- WALTZ - key theorist - rejects human nature argument of classical realism - "cannot by itself explain both war and peace" 1959; more systemic, focussing on social structures and the international system as the central point of analysis

- CONCERNS: Why bipolarity made the world stable; How did US hegemony decline; How do war and peace occur

- A STATE-CENTRIC APPROACH, but looks at how security issues are constituted - three levels: INDIVIDUAL (war comes from selfishness and stupidity; due to social influences) - STATE-LEVEL (there are 'good' and 'bad' states, but both can make war - INTERNATIONAL SYSTEM (lack of order(er), no law, leads to ANARCHY and the use of force to accumulate power

- Focusses on the INTERNATIONAL SYSTEM and 'high politics' of security - the 'capabilities' of a state give it power - little cooperation due to anarchy, however the BALANCE OF POWER is central - LINKS FEAR TO ANARCHY; is this a DETERMINIST THEORY?                                         - Balance of power - occurs in unipolar/bipolar systems (Cold War) - multipolar = danger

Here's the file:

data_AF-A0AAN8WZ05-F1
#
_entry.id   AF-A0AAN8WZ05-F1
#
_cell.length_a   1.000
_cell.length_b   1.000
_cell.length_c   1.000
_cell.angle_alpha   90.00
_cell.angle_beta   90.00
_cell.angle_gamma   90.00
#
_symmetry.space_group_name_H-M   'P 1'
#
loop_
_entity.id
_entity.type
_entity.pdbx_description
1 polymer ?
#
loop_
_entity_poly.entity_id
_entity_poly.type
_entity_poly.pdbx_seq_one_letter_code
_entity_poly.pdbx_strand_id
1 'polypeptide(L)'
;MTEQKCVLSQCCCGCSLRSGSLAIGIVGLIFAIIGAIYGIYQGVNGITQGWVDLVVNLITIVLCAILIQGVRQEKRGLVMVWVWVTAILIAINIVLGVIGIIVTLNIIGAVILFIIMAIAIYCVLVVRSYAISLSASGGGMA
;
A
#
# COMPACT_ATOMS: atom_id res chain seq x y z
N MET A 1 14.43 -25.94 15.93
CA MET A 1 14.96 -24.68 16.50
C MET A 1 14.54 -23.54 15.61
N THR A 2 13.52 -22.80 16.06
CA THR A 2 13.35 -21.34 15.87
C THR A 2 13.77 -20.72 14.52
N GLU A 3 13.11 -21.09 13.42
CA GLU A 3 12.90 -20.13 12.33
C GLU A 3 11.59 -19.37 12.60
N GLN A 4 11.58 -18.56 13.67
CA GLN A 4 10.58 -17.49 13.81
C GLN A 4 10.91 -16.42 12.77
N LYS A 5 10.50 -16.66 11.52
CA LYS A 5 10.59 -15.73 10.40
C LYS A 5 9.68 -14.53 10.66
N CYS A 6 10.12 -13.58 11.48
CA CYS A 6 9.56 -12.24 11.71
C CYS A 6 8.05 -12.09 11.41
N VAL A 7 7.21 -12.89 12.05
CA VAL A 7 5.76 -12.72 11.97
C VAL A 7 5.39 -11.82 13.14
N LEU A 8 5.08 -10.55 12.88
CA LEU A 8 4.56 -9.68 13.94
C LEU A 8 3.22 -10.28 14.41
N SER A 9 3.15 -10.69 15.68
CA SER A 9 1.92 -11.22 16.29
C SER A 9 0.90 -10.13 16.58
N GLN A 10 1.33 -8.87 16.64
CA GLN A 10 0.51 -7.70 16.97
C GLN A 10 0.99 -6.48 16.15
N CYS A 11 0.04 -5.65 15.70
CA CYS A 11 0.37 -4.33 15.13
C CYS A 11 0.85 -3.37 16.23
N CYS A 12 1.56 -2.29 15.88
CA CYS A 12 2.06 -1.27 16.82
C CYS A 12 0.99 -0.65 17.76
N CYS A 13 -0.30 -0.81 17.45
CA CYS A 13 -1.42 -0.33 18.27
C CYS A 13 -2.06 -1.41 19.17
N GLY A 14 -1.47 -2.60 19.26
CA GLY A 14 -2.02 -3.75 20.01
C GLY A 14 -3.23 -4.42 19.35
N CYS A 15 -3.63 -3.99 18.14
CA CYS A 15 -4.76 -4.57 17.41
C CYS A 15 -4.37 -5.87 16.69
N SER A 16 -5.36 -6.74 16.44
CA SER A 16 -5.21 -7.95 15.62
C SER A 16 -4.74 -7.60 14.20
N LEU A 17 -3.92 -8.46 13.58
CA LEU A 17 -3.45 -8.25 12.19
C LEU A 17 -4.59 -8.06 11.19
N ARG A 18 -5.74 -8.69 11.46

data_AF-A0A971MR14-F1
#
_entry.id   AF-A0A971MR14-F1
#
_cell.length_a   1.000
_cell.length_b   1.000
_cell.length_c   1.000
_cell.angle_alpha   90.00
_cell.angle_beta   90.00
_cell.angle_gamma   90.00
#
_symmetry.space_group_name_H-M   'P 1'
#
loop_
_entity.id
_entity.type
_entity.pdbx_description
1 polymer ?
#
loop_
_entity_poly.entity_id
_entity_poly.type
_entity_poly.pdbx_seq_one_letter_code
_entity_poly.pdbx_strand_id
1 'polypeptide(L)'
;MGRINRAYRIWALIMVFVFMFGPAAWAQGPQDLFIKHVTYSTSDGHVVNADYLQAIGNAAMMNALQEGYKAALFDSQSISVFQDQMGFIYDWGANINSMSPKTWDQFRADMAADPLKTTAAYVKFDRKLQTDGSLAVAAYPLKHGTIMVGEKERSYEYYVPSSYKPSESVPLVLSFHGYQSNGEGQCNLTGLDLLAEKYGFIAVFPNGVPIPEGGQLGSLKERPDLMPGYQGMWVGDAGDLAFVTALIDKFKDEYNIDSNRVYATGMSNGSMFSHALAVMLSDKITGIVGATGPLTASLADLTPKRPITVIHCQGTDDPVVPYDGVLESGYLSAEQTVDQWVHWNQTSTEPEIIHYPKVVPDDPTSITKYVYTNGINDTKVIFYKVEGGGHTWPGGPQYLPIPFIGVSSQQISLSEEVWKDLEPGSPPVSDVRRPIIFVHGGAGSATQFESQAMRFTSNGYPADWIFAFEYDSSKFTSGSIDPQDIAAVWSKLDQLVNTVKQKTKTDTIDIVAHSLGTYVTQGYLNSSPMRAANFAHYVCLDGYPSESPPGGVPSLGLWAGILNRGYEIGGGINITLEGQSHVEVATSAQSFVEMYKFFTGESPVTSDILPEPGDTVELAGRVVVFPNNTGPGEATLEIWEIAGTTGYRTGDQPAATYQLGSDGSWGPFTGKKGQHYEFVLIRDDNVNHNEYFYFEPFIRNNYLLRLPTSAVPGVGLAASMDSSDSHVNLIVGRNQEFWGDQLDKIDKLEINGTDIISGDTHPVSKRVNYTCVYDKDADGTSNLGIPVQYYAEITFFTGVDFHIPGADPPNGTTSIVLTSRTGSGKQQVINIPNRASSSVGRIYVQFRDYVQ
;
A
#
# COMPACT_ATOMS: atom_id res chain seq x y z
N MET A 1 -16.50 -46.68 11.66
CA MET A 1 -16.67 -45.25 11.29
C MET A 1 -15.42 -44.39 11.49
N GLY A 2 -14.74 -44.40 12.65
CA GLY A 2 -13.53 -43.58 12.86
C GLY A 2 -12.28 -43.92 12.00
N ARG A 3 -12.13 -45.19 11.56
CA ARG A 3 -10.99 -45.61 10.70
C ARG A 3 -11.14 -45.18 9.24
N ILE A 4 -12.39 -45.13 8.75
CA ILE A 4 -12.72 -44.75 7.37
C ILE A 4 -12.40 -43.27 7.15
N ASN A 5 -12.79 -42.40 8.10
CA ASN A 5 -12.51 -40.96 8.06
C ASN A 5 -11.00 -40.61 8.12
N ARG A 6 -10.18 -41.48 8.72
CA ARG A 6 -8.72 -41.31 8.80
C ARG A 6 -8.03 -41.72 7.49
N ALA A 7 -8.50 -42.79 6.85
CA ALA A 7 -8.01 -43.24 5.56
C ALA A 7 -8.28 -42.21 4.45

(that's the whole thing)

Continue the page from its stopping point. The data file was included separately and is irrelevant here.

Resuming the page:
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Other forms of Realism

STRATEGIC - Thomas Schelling - asks why foreign policy decisions are made? How do statespeople deal with war? How is power used: try to use power intelligently without exhibiting fear; various FOREIGN POLICY options - FORCE, COERCION, DIPLOMACY? 

OFFENSIVE - John Mearsheimer - links to Waltzian 'defensive' neorealism and looks at bipolarity/multipolarity - argues that MULTIPOLARITY is more LINKED TO VIOLENCE; the Cold War was peaceful due to M.A.D, however multipolarity is 'prone to instability'

- RESPONSE: - great powers seek HEGEMONY; often REGIONAL HEGEMONY - such as Russia in Crimea; a 'scientific' approach, seeking to explain EMPIRICAL EVENTS

NEOCLASSICAL - states are constrained by the international framework and by foreign policy decisions; accepts elements of classical realism (human nature etc.), but links this to anarchy of neorealism


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Concept of Power and the Balance of Power

POWER is central to all REALIST THOUGHT - due to the 'state of nature' or international anarchical system (neorealist), states seek a response to guarantee survival and self-preservation - response is to ACCUMULATE AS MUCH POWER AS POSSIBLE